By Stephen Schenck | November 29, 2013 2:51 PM
Most of the attack vectors we deal with when we’re talking about Android security are easy enough to avoid: don’t sideload apps from untrusted sources, or start clicking around links on skeevy backwater websites. But then there are those times where we learn of an attack that’s a lot more difficult to hide from, one that could hit your phone regardless of any action on your own part. Unfortunately, that’s exactly what we’re looking at today, upon the announcement of a new DoS vulnerability affecting certain Nexus-family handsets.
The problem is with how the phones handle a special type of text message, known as a flash SMS. These can be used for things like emergency alerts, and they’re designed to be displayed on-screen as soon as they’re received, without the need for the user to manually access them.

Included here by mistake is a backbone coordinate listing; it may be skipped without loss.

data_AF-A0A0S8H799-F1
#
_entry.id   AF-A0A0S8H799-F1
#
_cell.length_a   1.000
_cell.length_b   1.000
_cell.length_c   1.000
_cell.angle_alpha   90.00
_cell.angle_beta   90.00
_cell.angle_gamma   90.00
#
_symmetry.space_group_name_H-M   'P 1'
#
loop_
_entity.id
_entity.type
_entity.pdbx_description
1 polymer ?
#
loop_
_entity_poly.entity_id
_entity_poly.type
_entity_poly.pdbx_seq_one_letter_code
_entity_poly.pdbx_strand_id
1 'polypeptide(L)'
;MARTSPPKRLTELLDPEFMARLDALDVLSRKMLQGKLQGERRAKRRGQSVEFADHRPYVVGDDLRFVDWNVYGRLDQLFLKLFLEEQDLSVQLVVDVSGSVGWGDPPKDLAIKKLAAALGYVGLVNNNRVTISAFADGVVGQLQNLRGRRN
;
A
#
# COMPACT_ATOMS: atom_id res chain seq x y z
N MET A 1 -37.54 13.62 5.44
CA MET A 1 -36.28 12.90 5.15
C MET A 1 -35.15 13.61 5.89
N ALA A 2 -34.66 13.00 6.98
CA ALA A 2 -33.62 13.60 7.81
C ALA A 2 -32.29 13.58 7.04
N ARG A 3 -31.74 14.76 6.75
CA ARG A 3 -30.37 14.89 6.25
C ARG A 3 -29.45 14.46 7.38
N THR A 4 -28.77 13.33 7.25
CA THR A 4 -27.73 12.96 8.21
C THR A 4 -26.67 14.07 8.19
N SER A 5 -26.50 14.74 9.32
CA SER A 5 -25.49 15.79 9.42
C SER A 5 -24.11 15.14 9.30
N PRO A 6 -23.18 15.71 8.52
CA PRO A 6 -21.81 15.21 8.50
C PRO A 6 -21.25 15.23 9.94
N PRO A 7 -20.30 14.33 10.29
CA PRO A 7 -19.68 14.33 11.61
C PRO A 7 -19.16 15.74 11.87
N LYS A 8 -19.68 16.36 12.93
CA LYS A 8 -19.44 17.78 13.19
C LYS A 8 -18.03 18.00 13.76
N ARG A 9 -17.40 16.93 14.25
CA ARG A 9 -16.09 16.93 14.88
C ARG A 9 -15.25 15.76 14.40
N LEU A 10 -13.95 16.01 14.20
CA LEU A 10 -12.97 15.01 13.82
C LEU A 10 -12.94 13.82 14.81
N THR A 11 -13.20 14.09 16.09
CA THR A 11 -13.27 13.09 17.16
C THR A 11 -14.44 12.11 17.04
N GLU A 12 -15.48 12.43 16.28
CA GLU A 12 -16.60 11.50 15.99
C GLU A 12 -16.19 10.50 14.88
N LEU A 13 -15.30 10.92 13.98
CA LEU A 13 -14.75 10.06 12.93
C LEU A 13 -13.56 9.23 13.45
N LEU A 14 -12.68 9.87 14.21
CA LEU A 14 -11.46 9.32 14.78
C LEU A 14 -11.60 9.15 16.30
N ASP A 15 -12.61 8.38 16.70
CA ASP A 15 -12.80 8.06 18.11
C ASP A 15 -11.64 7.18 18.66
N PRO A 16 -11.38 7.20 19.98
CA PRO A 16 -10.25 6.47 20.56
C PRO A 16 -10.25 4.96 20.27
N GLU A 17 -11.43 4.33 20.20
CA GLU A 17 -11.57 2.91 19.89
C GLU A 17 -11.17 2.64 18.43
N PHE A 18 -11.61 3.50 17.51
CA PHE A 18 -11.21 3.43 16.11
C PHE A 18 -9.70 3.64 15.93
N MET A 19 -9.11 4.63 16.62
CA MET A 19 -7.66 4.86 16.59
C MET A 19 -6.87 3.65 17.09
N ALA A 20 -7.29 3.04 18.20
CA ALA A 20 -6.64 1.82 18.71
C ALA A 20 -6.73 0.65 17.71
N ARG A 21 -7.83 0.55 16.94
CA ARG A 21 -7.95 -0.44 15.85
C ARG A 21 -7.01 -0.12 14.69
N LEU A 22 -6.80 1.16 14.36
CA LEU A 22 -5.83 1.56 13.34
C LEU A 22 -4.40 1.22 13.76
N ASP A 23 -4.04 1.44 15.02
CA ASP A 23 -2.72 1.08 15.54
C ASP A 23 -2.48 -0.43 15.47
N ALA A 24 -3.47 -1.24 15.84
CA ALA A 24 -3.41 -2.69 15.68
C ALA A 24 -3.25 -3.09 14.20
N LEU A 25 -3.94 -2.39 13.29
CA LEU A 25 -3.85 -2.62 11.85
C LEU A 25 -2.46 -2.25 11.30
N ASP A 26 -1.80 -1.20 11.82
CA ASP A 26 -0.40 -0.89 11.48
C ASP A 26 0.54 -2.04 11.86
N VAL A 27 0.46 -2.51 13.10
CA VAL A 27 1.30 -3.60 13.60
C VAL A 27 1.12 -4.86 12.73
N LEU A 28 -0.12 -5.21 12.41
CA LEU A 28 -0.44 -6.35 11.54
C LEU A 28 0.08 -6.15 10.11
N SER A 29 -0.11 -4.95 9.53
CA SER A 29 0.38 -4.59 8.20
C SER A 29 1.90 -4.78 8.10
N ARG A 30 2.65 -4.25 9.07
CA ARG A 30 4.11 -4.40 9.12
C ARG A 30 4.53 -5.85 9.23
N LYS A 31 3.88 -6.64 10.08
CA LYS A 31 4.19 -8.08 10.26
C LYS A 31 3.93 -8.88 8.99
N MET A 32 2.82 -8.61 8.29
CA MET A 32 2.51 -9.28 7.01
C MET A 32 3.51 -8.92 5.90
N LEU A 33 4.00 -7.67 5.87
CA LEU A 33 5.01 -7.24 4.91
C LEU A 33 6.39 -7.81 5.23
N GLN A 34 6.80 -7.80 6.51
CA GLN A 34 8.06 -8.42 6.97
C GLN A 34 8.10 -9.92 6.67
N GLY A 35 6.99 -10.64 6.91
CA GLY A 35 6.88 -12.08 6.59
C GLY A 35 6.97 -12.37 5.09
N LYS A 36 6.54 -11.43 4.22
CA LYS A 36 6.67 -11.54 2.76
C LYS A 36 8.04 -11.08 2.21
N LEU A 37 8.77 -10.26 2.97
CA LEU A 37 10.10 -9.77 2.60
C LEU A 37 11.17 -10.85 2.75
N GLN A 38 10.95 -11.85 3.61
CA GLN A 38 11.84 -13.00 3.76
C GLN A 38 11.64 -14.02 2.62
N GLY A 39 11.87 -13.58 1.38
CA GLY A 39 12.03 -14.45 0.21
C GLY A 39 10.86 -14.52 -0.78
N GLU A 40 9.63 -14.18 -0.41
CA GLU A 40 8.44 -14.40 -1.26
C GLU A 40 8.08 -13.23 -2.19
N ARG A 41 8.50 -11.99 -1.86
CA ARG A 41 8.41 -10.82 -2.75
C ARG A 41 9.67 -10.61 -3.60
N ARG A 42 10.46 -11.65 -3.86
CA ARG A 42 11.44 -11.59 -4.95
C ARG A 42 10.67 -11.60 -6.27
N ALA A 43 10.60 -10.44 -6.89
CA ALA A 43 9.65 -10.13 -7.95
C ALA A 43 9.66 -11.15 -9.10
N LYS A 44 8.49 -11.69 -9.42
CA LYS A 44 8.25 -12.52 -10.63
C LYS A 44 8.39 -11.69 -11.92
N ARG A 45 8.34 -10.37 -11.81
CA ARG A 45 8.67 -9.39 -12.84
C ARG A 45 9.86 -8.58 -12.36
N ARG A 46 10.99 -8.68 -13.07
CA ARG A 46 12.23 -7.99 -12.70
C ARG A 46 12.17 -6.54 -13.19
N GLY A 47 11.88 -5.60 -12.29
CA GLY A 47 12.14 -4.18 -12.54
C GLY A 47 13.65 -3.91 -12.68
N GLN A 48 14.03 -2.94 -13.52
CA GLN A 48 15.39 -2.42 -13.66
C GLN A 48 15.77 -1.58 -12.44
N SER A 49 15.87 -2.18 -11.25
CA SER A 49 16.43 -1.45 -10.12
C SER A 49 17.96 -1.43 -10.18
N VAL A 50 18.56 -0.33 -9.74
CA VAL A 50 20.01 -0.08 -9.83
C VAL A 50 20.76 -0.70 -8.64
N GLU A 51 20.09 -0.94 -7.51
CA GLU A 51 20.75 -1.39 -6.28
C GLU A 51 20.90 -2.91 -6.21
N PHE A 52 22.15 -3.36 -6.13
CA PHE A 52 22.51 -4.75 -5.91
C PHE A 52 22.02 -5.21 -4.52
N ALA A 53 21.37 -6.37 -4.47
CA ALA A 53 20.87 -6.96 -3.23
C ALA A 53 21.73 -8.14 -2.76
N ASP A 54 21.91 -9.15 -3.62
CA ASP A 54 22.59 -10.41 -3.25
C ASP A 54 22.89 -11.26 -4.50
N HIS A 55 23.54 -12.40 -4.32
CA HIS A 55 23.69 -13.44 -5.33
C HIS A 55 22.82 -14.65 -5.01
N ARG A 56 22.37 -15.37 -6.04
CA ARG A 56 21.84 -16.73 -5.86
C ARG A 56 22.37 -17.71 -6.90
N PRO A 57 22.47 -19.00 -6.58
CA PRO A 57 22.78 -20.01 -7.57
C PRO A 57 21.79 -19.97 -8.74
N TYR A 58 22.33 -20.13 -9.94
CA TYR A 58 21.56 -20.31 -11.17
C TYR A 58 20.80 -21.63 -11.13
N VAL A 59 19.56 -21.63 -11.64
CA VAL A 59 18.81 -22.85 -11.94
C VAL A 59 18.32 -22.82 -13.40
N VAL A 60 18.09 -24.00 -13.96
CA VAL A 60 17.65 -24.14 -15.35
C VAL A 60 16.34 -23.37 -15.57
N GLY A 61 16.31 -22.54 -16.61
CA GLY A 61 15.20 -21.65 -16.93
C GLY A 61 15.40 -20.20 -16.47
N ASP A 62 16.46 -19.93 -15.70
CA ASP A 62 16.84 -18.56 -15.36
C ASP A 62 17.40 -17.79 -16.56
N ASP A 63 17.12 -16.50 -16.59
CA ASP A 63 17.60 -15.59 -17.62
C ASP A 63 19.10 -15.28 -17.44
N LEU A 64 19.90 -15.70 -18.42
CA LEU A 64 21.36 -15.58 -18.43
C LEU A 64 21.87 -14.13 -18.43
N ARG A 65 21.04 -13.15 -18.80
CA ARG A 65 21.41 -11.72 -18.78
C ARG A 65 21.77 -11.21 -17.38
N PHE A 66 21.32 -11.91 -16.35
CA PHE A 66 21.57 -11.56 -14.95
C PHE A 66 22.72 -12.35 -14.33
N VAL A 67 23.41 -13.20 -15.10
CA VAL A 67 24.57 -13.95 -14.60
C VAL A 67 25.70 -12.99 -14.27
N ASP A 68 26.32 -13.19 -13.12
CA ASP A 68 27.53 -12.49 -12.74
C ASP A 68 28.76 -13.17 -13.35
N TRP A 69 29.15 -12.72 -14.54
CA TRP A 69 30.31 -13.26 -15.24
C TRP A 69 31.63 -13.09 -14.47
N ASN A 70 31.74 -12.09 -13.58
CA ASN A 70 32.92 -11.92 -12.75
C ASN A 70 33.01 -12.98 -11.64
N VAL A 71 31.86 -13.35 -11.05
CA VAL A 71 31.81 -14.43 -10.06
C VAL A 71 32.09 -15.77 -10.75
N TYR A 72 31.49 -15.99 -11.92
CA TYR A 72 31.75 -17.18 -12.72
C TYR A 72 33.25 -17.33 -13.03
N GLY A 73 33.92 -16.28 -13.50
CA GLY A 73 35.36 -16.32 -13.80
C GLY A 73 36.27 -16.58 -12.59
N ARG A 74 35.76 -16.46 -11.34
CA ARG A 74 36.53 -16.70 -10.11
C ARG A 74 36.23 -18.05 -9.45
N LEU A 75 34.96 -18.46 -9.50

With the Galaxy Nexus, Nexus 4, or Nexus 5, if someone sends your phone a whole bunch of flash SMS messages in a row – like 30 or so – the phone’s software starts getting overwhelmed. Sometimes it will force a spontaneous reset, while other times it may simply freeze up your phone, forcing you to power-cycle on your own.
There’s a chance that other Androids may be affected as well, but the researcher who discovered the attack tested it on 20-some other phones from a number of OEMs, and only observed the issue with those Nexus devices.
Google is aware of the situation, and says that it’s investigating things.